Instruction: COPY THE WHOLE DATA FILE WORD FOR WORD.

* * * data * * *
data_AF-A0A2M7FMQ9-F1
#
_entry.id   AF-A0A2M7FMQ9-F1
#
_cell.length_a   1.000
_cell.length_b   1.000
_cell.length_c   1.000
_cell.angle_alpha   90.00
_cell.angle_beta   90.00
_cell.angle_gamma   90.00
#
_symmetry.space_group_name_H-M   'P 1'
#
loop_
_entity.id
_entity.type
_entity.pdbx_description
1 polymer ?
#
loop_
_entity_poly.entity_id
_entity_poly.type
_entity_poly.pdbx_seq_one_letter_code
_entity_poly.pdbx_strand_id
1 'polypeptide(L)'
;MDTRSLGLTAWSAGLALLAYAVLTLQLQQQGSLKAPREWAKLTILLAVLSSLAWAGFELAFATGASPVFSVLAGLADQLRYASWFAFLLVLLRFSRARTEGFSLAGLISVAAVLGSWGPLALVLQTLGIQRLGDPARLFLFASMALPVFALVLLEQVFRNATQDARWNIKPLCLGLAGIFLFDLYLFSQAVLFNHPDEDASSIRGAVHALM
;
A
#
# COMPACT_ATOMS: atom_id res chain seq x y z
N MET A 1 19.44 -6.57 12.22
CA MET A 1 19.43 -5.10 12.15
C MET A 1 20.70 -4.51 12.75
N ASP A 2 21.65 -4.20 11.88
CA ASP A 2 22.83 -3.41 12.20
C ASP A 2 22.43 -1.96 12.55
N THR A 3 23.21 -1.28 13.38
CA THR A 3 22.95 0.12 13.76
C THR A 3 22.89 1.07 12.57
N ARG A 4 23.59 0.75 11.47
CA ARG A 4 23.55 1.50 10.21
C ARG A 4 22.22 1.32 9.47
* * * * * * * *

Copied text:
data_AF-A0A2M7FMQ9-F1
#
_entry.id   AF-A0A2M7FMQ9-F1
#
_cell.length_a   1.000
_cell.length_b   1.000
_cell.length_c   1.000
_cell.angle_alpha   90.00
_cell.angle_beta   90.00
_cell.angle_gamma   90.00
#
_symmetry.space_group_name_H-M   'P 1'
#
loop_
_entity.id
_entity.type
_entity.pdbx_description
1 polymer ?
#
loop_
_entity_poly.entity_id
_entity_poly.type
_entity_poly.pdbx_seq_one_letter_code
_entity_poly.pdbx_strand_id
1 'polypeptide(L)'
;MDTRSLGLTAWSAGLALLAYAVLTLQLQQQGSLKAPREWAKLTILLAVLSSLAWAGFELAFATGASPVFSVLAGLADQLRYASWFAFLLVLLRFSRARTEGFSLAGLISVAAVLGSWGPLALVLQTLGIQRLGDPARLFLFASMALPVFALVLLEQVFRNATQDARWNIKPLCLGLAGIFLFDLYLFSQAVLFNHPDEDASSIRGAVHALM
;
A
#
# COMPACT_ATOMS: atom_id res chain seq x y z
N MET A 1 19.44 -6.57 12.22
CA MET A 1 19.43 -5.10 12.15
C MET A 1 20.70 -4.51 12.75
N ASP A 2 21.65 -4.20 11.88
CA ASP A 2 22.83 -3.41 12.20
C ASP A 2 22.43 -1.96 12.55
N THR A 3 23.21 -1.28 13.38
CA THR A 3 22.95 0.12 13.76
C THR A 3 22.89 1.07 12.57
N ARG A 4 23.59 0.75 11.47
CA ARG A 4 23.55 1.50 10.21
C ARG A 4 22.22 1.32 9.47